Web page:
Natural Disasters: Have You Prepared Your Home and Business?

Steps to take before, during, and after a natural disaster.

palm trees in a natural disaster storm

As a Real Estate Asset Manager for Wells Fargo Wealth Management in Florida, Keith Tieste routinely spends the first three months of the year preparing for what might happen the last six months. Hurricane season, beginning in June, can be his busiest time of year.

"I routinely go through all of my portfolios to make sure each client has a current plan if and when a storm hits the coast," Tieste says. "When you are prepared for a storm, it is easier to take steps to protect your property and get out safely."

That means he has contractors lined up to board up homes and businesses, secure hurricane shutters, and be on call when the warnings are predicted. He makes sure his clients have individual evacuation plans to get to safety and adjusters lined up after the storm to calculate any damage.

This preparation is important to help lessen the impact of disasters on your family and your property. "The original predictions for Hurricane Irma in 2017 were devastating, and we were fortunate she took a different course and spared much of Florida. But our clients were prepared, and those who sustained damage suffered only minor loss," says Tieste. 

Much of Tieste's preparation can be applied to any property owner. Considering the potential for natural disasters across the country, property owners should take steps to prepare and to react.

Before the storm:

  • Review and confirm your insurance coverage.
  • Have your insurance advisor or asset manager schedule a dry-run inspection of your property.
  • Develop a working safety plan on how your family or employees will respond in an emergency.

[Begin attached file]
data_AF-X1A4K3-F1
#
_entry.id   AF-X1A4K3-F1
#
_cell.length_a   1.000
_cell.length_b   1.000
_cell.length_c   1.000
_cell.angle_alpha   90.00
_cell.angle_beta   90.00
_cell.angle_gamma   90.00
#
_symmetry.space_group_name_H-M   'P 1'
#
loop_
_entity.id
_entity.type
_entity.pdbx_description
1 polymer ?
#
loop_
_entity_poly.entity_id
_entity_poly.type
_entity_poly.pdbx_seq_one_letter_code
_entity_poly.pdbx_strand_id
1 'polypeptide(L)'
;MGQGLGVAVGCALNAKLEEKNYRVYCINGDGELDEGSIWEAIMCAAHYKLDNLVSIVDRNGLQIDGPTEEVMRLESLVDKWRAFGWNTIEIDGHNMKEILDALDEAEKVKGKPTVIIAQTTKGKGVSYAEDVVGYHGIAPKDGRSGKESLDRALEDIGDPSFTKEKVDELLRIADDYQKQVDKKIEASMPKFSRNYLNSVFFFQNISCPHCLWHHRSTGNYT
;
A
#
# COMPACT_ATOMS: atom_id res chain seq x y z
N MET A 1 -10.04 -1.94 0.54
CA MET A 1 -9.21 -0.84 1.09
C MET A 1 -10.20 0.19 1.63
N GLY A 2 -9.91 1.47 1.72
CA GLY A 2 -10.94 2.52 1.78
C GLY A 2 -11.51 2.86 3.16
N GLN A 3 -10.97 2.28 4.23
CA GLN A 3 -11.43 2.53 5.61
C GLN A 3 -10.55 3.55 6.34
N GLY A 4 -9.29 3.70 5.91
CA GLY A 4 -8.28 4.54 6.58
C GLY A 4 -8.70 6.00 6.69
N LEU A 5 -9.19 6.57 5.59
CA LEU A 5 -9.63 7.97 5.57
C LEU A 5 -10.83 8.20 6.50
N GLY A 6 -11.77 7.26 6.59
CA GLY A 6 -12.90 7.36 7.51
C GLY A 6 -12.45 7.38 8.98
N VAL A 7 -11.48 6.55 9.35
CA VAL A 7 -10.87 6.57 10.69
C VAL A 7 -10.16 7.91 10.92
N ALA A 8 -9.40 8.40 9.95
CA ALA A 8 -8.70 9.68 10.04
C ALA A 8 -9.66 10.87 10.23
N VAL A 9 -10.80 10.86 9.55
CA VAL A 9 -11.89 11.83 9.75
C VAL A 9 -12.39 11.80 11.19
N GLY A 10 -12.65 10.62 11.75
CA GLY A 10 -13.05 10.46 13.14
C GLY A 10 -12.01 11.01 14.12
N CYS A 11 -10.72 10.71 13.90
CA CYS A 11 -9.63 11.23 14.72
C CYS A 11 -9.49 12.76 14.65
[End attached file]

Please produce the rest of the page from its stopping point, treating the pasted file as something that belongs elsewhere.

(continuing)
• Document pre-event property conditions through pictures.

When a storm or other emergency arises:

  • Activate your safety plan—install storm shutters and store loose items such as pool and patio furniture, etc. 
  • Coordinate boarding up or other appropriate property protection tasks.
  • Monitor the event's progress and assess the need for additional precautions.
  • Maintain contact with your asset manager or other advisor as best as possible during the event's progress.

After the storm: 

  • Provide an update to your insurance advisor or asset manager, who will contact you to make sure all persons are safe. 
  • Document post-event conditions through pictures.
  • Have your asset manager or other advisor conduct and/or arrange for in-person or proxy inspections. 
  • Have your asset manager or insurance advisor assist with relocation and temporary shelter, when appropriate.
  • Coordinate temporary repairs and arrange for permanent repairs.
  • File insurance claims, as needed.
  • Create a tracking list of claims and repairs.

Disasters can happen at any time, so there's no time like the present to help protect your family and your property with a detailed plan. According to Tieste, "Imagine trying to devise a plan with just a few days’ warning; it's easy to miss things. But if you look out months in advance, you have time to work with specialists to plan thoroughly for any emergency."

Image by iStock

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Insurance products are offered through nonbank insurance agency affiliates of Wells Fargo & Company and are underwritten by unaffiliated insurance companies. Not available in all states.

Wells Fargo & Company and its affiliates do not provide legal advice. Wells Fargo Advisors is not a tax or legal advisor. Please consult your legal and tax advisors to determine how this information may apply to your own situation. 

This information is provided for educational and illustrative purposes only.

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